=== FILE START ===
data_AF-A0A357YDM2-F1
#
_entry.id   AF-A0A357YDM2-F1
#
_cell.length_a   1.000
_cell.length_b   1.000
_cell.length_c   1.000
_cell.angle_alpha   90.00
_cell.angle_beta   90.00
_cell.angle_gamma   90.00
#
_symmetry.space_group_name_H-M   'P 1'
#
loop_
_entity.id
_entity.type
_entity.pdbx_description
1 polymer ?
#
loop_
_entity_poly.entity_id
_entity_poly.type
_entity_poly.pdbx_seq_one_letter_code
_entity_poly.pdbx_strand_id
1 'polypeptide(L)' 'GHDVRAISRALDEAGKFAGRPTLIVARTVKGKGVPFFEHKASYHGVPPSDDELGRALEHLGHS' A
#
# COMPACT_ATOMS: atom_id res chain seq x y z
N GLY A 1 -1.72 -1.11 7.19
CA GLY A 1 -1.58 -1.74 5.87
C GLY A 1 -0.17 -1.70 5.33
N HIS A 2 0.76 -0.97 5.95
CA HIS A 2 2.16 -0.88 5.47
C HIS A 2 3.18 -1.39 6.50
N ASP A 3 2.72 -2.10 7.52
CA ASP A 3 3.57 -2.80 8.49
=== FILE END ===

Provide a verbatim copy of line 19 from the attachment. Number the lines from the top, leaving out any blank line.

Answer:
#